The Codemasters Colin McRae rally series has played to a niche racing audience over the years, never quite able to achieve mass appeal other venerable racing franchises have enjoyed. The blame can likely be attributed to America’s ignorance when it comes to rally racing and the Colin McRae name/brand, as well as the sport’s monotonous point-to-point racing style that translates to imminent boredom.
The leap to next-generation gaming consoles presented Codemasters’ design studio a golden opportunity to re-invent the McRae series to target a broader audience while likewise giving faithful rally diehard fans something new. With DiRT, they’ve done just that. By polishing the presentation, adding new racing types, pumping up the visuals and renaming the series, Codemasters has successfully steered McRae rally racing into uncharted, mass appeal country.
It doesn’t take long for DiRT to reach out and grab new unsuspecting addicts thanks to one of the most simplistic yet engaging and refined menu systems developed to date. Each level of navigation exists simultaneously within a three-dimensional space with new elements moving forward or backwards when selected. This style isn’t necessarily revolutionary on its own, but it stands out from competitors when combined with a hazy soft glowing background, constant subtle movement of objects, a strong voiceover adding direction where needed, and useful load screens that toss out real-time statistics until a race is ready to run.
Codemasters has marketed DiRT as a gritty racer with stellar visuals which the final build lives up to. The in-game presentation is maybe just a hair shy of MotorStorm on PlayStation 3 which is a great position to be in. Spit-shined vehicles get dirty and beat up over the course of a race, and will appear that way in the next race unless you take the time to clean them up. Where the Xbox 360 version of DiRT struggles to maintain a crisp image at times from information overload, the PlayStation 3 version runs smooth as silk from start to finish.
Casual gamers drawn into McRae racing for the first time will find staying on the track much harder than in Forza 2 or MotorStorm. The controls are extremely sensitive to left and right movement on pavement, much less on gravel or dirt with the vehicle bouncing around. PlayStation 3 owners do receive a small reprieve without rumble in their controller, though its absence detracts from the overall immersion. Slower vehicles like big rigs are much easier to handle, while looser and faster dune buggies and sports cars take an incredibly steady hand to master. Oddly enough, it can be harder to drive a perfectly straight line than navigate a tight turn.
Career Mode is where most gameplay time in DiRT will be spent as it offers the most challenges to complete. Entering this mode displays a pyramid laced with over 60 races that must be climbed to reach the ultimate championship. Each race offers five difficulty levels with harder events rewarding winners with larger purses. Finding an easy race and running it on the hardest level over and over would have been an easy way to rack up cash to buy new cars and paint jobs faster, if only Codemasters wasn’t wise to our tricks and greatly reduced purses for each difficulty level once a podium finish is achieved.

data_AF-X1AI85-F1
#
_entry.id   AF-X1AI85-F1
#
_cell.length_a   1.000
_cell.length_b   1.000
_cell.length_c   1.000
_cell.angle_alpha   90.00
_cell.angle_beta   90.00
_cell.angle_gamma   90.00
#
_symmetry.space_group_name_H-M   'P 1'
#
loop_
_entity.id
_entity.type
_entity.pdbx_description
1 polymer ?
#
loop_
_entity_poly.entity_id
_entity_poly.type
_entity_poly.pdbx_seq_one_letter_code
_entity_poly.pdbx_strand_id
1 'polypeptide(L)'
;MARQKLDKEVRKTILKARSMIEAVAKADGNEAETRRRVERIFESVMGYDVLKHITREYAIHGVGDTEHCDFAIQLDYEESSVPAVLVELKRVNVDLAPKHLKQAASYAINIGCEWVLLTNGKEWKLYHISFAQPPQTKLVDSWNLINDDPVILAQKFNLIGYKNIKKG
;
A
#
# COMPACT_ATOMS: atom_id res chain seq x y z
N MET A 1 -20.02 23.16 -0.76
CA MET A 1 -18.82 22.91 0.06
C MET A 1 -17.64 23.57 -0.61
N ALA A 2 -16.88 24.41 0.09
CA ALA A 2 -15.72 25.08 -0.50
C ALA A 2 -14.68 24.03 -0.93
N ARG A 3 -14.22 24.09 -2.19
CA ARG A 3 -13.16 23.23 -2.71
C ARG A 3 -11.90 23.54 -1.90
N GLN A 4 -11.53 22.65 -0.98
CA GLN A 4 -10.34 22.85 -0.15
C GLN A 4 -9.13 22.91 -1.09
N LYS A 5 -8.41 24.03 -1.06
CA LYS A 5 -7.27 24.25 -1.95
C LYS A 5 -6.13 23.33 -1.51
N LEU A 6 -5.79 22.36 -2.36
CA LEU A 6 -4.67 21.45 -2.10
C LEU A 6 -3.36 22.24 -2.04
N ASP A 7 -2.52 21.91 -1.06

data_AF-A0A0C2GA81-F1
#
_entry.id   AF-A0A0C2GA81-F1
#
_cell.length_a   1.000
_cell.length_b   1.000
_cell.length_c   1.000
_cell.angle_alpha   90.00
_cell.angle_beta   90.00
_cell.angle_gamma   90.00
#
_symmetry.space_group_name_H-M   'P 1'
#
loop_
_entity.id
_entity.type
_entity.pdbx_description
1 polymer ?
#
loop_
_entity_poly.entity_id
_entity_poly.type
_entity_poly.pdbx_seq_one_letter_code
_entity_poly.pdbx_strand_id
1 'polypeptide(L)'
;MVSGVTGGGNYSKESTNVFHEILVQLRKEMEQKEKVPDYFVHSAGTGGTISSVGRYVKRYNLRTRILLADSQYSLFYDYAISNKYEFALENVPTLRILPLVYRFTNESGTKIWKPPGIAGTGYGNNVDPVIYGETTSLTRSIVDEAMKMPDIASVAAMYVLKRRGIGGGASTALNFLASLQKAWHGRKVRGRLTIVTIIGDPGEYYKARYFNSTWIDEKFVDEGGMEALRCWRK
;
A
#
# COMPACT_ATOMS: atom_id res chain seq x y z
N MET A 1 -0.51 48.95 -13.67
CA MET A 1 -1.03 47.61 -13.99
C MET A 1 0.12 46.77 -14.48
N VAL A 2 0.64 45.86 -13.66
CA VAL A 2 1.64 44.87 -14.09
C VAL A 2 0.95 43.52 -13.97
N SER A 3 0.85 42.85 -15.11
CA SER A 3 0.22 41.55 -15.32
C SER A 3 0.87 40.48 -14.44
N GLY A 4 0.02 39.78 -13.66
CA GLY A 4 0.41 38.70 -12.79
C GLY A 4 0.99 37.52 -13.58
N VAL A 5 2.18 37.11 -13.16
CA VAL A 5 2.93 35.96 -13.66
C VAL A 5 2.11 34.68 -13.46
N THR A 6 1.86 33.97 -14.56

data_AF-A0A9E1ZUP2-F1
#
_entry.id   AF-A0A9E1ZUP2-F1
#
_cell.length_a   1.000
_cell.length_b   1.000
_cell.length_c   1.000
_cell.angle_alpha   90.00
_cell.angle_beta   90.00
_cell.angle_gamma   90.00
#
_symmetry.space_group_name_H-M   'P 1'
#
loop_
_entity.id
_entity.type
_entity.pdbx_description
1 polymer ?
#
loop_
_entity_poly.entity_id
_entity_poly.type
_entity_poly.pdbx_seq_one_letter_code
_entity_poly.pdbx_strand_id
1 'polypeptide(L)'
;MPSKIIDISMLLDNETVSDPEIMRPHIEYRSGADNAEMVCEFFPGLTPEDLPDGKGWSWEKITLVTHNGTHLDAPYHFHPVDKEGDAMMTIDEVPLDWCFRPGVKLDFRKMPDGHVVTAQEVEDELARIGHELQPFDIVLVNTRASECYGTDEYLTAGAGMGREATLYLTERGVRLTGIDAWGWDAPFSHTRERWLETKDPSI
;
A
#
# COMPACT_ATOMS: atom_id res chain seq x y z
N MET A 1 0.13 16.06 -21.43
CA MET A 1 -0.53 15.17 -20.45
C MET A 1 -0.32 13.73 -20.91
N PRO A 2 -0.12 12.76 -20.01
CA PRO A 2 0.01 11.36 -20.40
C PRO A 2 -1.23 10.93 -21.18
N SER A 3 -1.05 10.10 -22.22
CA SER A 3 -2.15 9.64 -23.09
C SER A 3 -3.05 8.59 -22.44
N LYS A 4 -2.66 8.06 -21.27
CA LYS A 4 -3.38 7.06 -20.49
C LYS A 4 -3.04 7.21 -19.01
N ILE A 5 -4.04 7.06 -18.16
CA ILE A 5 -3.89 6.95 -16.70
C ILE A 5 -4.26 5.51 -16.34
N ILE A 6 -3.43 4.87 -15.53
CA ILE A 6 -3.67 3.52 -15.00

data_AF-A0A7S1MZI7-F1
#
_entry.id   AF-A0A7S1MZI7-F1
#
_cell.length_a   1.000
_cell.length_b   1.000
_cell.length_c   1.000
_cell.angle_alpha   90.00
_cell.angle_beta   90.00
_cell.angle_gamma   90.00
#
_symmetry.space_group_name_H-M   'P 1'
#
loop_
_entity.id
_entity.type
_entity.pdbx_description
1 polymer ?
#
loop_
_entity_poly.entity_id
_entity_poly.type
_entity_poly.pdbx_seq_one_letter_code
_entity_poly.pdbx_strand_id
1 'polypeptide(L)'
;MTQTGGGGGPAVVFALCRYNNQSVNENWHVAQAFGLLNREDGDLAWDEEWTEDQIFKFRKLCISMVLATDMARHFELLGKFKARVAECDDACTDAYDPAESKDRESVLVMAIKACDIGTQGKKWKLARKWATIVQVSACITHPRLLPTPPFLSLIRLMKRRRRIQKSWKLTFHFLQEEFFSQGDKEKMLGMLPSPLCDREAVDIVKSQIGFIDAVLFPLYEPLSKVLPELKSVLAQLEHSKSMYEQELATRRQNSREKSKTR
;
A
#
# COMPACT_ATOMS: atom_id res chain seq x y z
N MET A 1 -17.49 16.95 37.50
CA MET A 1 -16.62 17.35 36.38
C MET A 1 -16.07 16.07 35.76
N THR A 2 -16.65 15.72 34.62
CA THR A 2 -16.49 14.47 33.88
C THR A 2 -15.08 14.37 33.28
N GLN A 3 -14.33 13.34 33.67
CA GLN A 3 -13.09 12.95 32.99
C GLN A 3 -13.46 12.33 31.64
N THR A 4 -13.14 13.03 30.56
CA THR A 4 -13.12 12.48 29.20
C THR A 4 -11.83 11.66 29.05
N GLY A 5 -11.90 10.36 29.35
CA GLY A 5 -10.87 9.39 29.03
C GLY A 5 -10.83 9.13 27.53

Race and car class variety make climbing the pyramid fun for a little bit instead of a laborious chore. The point-to-point races against the clock are still there, but they’re now joined by hill climb events, off-road circuit races against opponents, and crossover races where you race against one opponent on an identical parallel but unconnected track. The newness wears off on the third or fourth tier of the pyramid, but that’s still several hours of finishing first with something decidedly new, instead of faster or better, to look forward to.
Hardcore rally fans looking for the real deal will find it in authentic Championship Events that span the globe, while casual racers not interested in climbing a pyramid can hop onto the PlayStation Network to race against up to 100 players. Well, to be more accurate, it’s really simultaneously racing against those 100 players’ times; you never have the opportunity to visually race against another player online, much less 100. It’s you and the open road ahead, which is a real letdown considering how much fun a circuit race against live opponents could have been.
DiRT will never be put on a plateau alongside the powerhouse Forza and Grand Turismo franchises, but as a re-invention of the niche Colin McRae series, has carved out a much larger audience than it ever enjoyed before. The lack of enticing Career Mode Achievements and controller rumble knock a point off the PlayStation 3 version, but like the Xbox 360 version, there’s still several hours of fun gameplay to be had before it’s time to move onto something else.
- Overall: 8
- The graphics are clearer and the framerate is steadier on the PlayStation 3, and the approachable gameplay is intact from the Xbox 360 version. It sure would’ve been fun to actually play against some real, live gamers online, though.